Even your story got published because of nepotism, the advantages outweigh the critical ramifications. Here’s the thing: If I became the managing editor of a literary magazine, I’d honor an open submissions policy, and carefully consider the first few pages of every story. But I’d also solicit “big names.” Matter of fact, I’d solicit you. If you sent me a turd of a story, I’d reject it, but I’d be willing to take your “pretty good” story and help make it great. Point being, having you in an issue would—hopefully—increase sales and entice potential subscribers (hell, I bet lots of grumpy writers would buy the Franco issue with the intent of proving that you’re a hack. Their agendas would amount to little but our financial profit. The haters would be subsidizing more print space for “up and coming” writers in the next issue, or, even better, a bunch of bonus checks for my overworked volunteers). Literary magazines, in general, are barely hanging on. A magazine with 300 subscribers is doing darned well; and frankly, that’s sad. When I say “doing well,” I don’t mean making a profit. I mean, they have enough money to buy a few extra office supplies. So what’s the harm in publishing a celebrity who knows a little about how to write a story? I’m not suggesting that magazines sacrifice their aesthetic integrity in order to stay afloat, but in cases like yours, it’s a win-win situation.
Chances are, your agent hooked you up with Ploughshares. There’s nothing wrong with that, it’s what agents do. But, given the magazine’s limited real-estate, it’s entirely possible that another writer got bumped in order to make room for you. My outlook isn’t that pessimistic; I’m sure Ploughshares made their decision to publish you well in advance, and had planned the logistics carefully. I don’t see Ploughshares as the kind of journal who’d make immediate accommodations at an agent’s request. It’s also plausible—very plausible— that of the 1,500 stories they received that month, 1,499 hadn’t left a lasting impression.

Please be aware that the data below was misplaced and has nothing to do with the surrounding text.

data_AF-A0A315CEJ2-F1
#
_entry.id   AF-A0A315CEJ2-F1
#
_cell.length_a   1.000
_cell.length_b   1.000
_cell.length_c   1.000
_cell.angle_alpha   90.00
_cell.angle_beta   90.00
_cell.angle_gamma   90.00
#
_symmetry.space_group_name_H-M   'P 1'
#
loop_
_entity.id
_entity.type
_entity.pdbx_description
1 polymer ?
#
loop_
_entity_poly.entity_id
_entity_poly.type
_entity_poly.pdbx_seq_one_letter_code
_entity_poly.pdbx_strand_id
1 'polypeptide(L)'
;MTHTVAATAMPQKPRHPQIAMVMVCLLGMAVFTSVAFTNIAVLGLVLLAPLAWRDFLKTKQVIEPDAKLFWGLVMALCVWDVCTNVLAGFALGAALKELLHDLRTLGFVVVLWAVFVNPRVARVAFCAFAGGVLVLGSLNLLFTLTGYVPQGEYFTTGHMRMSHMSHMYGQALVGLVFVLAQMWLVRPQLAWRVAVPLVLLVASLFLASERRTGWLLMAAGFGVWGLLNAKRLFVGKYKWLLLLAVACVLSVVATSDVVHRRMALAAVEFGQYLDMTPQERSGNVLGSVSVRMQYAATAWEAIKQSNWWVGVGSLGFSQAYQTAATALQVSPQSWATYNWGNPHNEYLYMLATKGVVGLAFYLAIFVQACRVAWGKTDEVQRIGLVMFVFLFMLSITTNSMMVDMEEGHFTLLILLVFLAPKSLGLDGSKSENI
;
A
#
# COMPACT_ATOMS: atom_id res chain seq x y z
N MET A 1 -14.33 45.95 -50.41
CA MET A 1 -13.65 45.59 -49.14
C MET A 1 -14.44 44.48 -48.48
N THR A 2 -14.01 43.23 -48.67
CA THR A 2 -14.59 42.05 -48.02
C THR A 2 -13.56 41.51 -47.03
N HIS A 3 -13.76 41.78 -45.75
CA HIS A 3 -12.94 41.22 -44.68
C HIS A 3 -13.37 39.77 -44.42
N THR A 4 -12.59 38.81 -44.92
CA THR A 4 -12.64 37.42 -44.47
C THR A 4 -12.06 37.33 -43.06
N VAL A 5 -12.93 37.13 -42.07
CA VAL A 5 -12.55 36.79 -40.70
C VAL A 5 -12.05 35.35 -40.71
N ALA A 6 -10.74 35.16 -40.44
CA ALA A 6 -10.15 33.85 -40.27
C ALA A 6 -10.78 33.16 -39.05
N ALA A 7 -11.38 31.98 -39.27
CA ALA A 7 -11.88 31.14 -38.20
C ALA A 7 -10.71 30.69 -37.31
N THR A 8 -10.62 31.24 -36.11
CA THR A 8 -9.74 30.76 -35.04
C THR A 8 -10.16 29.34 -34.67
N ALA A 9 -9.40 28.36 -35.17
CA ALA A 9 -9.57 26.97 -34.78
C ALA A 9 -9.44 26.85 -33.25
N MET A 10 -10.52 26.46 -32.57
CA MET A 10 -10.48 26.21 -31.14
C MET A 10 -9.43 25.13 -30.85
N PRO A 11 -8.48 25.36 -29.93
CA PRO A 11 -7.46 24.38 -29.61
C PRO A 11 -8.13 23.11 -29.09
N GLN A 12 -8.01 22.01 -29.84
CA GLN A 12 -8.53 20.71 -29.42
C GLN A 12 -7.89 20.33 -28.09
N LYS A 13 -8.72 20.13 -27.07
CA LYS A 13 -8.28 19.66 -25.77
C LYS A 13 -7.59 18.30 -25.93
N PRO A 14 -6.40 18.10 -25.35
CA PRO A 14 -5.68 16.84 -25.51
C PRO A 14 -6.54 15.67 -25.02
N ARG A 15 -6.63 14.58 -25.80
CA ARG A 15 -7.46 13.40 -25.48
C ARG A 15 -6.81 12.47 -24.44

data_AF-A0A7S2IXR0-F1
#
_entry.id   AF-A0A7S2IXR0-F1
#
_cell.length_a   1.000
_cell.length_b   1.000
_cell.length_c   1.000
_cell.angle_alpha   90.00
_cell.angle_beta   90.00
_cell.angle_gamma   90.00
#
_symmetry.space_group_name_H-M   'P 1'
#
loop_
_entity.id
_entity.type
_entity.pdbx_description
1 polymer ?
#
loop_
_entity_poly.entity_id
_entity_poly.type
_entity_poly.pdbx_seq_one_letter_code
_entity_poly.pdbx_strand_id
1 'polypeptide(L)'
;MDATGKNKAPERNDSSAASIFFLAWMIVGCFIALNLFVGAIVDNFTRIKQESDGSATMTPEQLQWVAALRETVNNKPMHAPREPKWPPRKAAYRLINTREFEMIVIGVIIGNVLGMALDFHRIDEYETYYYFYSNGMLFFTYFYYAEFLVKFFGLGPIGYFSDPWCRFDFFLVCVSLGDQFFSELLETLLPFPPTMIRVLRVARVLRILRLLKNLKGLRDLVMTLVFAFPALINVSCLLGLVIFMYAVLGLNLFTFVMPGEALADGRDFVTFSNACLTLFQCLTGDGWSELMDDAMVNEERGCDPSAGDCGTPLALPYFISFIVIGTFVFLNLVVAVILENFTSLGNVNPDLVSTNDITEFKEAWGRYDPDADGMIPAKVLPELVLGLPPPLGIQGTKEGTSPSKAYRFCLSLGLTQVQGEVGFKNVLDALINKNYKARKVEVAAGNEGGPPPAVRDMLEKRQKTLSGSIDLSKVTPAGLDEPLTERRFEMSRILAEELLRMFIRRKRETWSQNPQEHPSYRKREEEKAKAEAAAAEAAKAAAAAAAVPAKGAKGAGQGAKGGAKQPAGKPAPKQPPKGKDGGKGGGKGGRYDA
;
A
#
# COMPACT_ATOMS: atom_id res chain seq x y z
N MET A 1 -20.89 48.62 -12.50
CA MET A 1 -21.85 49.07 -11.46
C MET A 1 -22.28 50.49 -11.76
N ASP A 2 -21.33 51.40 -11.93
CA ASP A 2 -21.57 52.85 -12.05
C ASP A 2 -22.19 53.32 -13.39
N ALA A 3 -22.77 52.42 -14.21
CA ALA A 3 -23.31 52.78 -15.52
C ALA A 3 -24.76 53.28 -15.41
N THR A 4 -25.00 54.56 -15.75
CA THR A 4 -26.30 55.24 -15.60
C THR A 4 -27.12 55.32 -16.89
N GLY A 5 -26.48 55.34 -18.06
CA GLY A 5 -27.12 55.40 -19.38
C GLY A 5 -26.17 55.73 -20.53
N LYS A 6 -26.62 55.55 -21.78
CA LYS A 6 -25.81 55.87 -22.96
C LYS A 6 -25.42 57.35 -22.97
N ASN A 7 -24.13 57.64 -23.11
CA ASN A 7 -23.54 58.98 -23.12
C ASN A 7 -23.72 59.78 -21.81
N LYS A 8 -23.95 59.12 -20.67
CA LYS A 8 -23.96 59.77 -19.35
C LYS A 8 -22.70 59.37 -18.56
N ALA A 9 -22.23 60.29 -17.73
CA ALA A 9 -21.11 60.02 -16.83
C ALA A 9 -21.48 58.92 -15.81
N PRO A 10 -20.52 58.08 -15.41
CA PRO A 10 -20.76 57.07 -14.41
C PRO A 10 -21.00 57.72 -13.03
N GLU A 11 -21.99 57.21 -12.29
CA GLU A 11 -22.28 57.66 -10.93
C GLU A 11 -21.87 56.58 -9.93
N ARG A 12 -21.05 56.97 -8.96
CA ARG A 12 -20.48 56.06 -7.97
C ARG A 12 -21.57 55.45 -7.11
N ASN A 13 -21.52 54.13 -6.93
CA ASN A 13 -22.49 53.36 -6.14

My ambivalence stops here. Whether we want to admit it or not, you have exclusive access to literary culture. Had you lacked celebrity status, wealth, and career-resources, your rise to prominence might have taken ten to fifteen years longer. Your pre-existing influence in Hollywood (which you’ve earned, no doubt), along with its social and financial benefits, has softened your entry into this culture, has enabled you to work with the best writers out there. You’ve got it made, James. My advice—and we’ll get into this more in the next blog—is don’t fuck it up. You’ve been called to walk on sacred ground. Few of us have.
To coin a bad metaphor, most writers, stuck between a rock and a hard place, have to sacrifice an arm in order to ascend from the crevice. We stitch our amputation wounds with thin thread: an occasionally uplifting acceptance letter sent by Quarterly West or Wisconsin Review. We take minimally effective measures to prevent infection: we win a chapbook contest, which guarantees our health for another year. But soon enough, the stitches come loose, and tetanus turns the skin black. We enter twenty more book contests and send out hundreds of poems or stories. For a graduate assistant making $15,000 a year, the contest fees alone are upward of $300. Beans to you, a month without rent for a grad school student.
When you jumped into the crevice, when you screamed for help because your arm was stuck, a thousand cranes and bulldozers rushed to the scene. Along with them: miners, the Red Cross, the best doctors in America, FEMA. When all was said and done, you wiped the dust off your shirt, popped a Vicodin, and said to everyone, “Thanks! That was close! I’m considering Everest, so let’s start planning now, in case I need your help.”